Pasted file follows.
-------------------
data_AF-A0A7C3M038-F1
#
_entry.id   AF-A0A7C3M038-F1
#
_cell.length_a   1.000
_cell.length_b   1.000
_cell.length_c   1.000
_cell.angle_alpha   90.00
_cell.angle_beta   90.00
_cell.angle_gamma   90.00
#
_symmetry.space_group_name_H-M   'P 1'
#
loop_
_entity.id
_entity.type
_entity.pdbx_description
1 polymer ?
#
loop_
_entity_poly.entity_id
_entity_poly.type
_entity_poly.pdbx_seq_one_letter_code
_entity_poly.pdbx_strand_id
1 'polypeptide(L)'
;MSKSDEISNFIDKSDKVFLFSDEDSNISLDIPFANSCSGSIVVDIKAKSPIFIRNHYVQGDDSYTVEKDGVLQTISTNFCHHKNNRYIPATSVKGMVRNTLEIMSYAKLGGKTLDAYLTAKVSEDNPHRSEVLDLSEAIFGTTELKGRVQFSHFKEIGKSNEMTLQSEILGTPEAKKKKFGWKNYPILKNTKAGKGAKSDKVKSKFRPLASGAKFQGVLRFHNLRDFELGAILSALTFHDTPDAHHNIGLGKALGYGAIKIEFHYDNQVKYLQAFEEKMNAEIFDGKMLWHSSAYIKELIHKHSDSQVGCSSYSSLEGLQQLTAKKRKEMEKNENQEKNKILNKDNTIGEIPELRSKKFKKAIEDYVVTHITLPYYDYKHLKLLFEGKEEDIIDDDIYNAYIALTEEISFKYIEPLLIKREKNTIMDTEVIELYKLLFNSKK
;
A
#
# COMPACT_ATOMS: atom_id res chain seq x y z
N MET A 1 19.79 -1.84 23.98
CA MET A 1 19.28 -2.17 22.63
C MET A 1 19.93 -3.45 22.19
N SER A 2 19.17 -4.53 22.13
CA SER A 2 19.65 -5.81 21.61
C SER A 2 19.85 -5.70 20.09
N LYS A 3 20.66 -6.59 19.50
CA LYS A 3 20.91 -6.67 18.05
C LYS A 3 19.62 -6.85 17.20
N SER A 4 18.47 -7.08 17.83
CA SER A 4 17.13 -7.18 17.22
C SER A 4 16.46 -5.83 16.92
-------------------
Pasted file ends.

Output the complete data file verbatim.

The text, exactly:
data_AF-A0A7C3M038-F1
#
_entry.id   AF-A0A7C3M038-F1
#
_cell.length_a   1.000
_cell.length_b   1.000
_cell.length_c   1.000
_cell.angle_alpha   90.00
_cell.angle_beta   90.00
_cell.angle_gamma   90.00
#
_symmetry.space_group_name_H-M   'P 1'
#
loop_
_entity.id
_entity.type
_entity.pdbx_description
1 polymer ?
#
loop_
_entity_poly.entity_id
_entity_poly.type
_entity_poly.pdbx_seq_one_letter_code
_entity_poly.pdbx_strand_id
1 'polypeptide(L)'
;MSKSDEISNFIDKSDKVFLFSDEDSNISLDIPFANSCSGSIVVDIKAKSPIFIRNHYVQGDDSYTVEKDGVLQTISTNFCHHKNNRYIPATSVKGMVRNTLEIMSYAKLGGKTLDAYLTAKVSEDNPHRSEVLDLSEAIFGTTELKGRVQFSHFKEIGKSNEMTLQSEILGTPEAKKKKFGWKNYPILKNTKAGKGAKSDKVKSKFRPLASGAKFQGVLRFHNLRDFELGAILSALTFHDTPDAHHNIGLGKALGYGAIKIEFHYDNQVKYLQAFEEKMNAEIFDGKMLWHSSAYIKELIHKHSDSQVGCSSYSSLEGLQQLTAKKRKEMEKNENQEKNKILNKDNTIGEIPELRSKKFKKAIEDYVVTHITLPYYDYKHLKLLFEGKEEDIIDDDIYNAYIALTEEISFKYIEPLLIKREKNTIMDTEVIELYKLLFNSKK
;
A
#
# COMPACT_ATOMS: atom_id res chain seq x y z
N MET A 1 19.79 -1.84 23.98
CA MET A 1 19.28 -2.17 22.63
C MET A 1 19.93 -3.45 22.19
N SER A 2 19.17 -4.53 22.13
CA SER A 2 19.65 -5.81 21.61
C SER A 2 19.85 -5.70 20.09
N LYS A 3 20.66 -6.59 19.50
CA LYS A 3 20.91 -6.67 18.05
C LYS A 3 19.62 -6.85 17.20
N SER A 4 18.47 -7.08 17.83
CA SER A 4 17.13 -7.18 17.22
C SER A 4 16.46 -5.83 16.92